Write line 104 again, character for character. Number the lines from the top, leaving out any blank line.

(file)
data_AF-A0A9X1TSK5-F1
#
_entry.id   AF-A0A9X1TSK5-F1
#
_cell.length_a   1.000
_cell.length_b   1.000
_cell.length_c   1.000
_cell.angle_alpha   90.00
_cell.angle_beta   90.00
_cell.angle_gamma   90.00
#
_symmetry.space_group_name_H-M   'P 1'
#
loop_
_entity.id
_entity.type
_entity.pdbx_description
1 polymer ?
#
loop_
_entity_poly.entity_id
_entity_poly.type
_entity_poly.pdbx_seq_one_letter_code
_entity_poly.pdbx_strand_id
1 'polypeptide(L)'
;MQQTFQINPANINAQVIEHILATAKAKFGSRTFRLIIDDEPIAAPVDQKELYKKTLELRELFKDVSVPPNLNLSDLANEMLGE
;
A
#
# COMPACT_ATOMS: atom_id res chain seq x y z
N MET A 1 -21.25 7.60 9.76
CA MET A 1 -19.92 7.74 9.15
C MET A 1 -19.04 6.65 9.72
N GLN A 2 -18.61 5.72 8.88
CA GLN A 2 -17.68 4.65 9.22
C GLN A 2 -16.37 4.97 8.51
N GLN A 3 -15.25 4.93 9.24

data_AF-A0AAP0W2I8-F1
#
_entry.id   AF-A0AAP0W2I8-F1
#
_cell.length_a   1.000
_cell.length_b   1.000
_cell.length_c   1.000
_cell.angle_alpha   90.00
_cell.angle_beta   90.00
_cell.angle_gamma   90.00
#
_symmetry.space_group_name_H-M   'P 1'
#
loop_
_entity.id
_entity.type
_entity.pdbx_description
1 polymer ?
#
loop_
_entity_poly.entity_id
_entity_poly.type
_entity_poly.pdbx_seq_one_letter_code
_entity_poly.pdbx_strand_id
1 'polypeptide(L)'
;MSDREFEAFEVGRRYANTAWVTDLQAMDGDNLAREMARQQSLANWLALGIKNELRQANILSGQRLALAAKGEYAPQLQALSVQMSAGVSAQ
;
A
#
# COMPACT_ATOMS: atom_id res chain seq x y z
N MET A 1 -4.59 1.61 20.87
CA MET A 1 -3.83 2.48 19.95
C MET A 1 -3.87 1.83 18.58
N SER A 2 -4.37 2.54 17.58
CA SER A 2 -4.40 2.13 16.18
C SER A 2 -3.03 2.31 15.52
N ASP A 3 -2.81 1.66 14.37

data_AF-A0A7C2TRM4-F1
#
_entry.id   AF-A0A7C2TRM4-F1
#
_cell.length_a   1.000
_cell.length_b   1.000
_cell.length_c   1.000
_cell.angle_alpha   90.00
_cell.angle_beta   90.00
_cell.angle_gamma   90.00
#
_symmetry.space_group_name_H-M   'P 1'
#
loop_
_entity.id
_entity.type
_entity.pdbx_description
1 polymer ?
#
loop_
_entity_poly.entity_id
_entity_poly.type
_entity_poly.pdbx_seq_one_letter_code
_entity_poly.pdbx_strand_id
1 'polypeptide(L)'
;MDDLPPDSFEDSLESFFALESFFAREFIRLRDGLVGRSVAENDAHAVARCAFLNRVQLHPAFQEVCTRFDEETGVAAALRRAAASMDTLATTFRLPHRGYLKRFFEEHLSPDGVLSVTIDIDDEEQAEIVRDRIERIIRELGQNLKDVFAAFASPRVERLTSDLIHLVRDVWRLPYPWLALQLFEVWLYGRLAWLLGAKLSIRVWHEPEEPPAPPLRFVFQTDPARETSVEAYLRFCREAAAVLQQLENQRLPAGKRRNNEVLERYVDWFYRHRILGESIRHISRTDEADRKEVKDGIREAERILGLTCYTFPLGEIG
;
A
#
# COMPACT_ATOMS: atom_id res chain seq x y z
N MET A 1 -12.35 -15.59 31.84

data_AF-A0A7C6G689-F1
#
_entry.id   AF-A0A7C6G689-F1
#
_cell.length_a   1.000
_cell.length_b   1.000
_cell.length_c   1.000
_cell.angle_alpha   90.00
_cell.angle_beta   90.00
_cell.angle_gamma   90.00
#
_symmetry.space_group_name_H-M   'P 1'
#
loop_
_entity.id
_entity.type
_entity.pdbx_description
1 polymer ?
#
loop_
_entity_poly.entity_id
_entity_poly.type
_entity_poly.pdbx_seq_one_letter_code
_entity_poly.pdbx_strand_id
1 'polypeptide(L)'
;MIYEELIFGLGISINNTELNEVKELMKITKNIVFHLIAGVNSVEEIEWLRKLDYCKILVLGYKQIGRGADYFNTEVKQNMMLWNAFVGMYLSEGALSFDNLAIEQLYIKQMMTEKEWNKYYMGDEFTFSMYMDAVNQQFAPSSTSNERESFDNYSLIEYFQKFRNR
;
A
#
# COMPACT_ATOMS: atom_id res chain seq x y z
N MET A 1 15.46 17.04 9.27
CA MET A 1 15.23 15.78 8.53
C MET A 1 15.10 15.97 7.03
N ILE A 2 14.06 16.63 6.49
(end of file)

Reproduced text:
# COMPACT_ATOMS: atom_id res chain seq x y z